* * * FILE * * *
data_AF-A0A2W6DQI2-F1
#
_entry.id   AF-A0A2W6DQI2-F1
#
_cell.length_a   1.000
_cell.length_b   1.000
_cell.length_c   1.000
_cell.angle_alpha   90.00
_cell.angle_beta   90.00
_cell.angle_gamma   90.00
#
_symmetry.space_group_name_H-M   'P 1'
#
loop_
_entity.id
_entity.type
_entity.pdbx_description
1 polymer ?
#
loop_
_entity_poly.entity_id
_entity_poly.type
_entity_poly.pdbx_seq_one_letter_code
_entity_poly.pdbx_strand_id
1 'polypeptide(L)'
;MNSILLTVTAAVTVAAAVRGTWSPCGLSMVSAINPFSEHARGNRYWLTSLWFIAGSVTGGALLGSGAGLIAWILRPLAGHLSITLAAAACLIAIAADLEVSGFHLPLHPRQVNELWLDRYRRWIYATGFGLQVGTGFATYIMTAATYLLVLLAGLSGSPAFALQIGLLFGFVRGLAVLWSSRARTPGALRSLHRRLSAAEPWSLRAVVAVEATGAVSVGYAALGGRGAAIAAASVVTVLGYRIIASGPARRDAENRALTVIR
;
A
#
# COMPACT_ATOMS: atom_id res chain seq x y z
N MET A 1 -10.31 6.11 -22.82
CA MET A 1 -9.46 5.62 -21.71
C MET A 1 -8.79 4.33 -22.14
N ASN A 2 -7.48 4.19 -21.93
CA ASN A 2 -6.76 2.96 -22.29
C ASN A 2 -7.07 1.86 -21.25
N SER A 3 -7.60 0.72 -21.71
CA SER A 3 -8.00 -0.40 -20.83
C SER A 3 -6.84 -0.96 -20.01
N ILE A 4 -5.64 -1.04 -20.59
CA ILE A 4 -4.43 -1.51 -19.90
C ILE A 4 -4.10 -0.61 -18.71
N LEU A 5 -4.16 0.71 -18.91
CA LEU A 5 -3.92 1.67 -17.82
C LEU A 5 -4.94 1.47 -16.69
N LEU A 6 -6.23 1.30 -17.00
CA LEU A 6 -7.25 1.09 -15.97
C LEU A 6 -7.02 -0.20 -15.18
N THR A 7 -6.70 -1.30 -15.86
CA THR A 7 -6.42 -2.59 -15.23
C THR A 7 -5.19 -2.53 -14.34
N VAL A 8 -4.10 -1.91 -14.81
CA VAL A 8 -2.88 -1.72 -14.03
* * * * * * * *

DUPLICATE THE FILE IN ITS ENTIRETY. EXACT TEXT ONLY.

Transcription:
data_AF-A0A2W6DQI2-F1
#
_entry.id   AF-A0A2W6DQI2-F1
#
_cell.length_a   1.000
_cell.length_b   1.000
_cell.length_c   1.000
_cell.angle_alpha   90.00
_cell.angle_beta   90.00
_cell.angle_gamma   90.00
#
_symmetry.space_group_name_H-M   'P 1'
#
loop_
_entity.id
_entity.type
_entity.pdbx_description
1 polymer ?
#
loop_
_entity_poly.entity_id
_entity_poly.type
_entity_poly.pdbx_seq_one_letter_code
_entity_poly.pdbx_strand_id
1 'polypeptide(L)'
;MNSILLTVTAAVTVAAAVRGTWSPCGLSMVSAINPFSEHARGNRYWLTSLWFIAGSVTGGALLGSGAGLIAWILRPLAGHLSITLAAAACLIAIAADLEVSGFHLPLHPRQVNELWLDRYRRWIYATGFGLQVGTGFATYIMTAATYLLVLLAGLSGSPAFALQIGLLFGFVRGLAVLWSSRARTPGALRSLHRRLSAAEPWSLRAVVAVEATGAVSVGYAALGGRGAAIAAASVVTVLGYRIIASGPARRDAENRALTVIR
;
A
#
# COMPACT_ATOMS: atom_id res chain seq x y z
N MET A 1 -10.31 6.11 -22.82
CA MET A 1 -9.46 5.62 -21.71
C MET A 1 -8.79 4.33 -22.14
N ASN A 2 -7.48 4.19 -21.93
CA ASN A 2 -6.76 2.96 -22.29
C ASN A 2 -7.07 1.86 -21.25
N SER A 3 -7.60 0.72 -21.71
CA SER A 3 -8.00 -0.40 -20.83
C SER A 3 -6.84 -0.96 -20.01
N ILE A 4 -5.64 -1.04 -20.59
CA ILE A 4 -4.43 -1.51 -19.90
C ILE A 4 -4.10 -0.61 -18.71
N LEU A 5 -4.16 0.71 -18.91
CA LEU A 5 -3.92 1.67 -17.82
C LEU A 5 -4.94 1.47 -16.69
N LEU A 6 -6.23 1.30 -17.00
CA LEU A 6 -7.25 1.09 -15.97
C LEU A 6 -7.02 -0.20 -15.18
N THR A 7 -6.70 -1.30 -15.86
CA THR A 7 -6.42 -2.59 -15.23
C THR A 7 -5.19 -2.53 -14.34
N VAL A 8 -4.10 -1.91 -14.81
CA VAL A 8 -2.88 -1.72 -14.03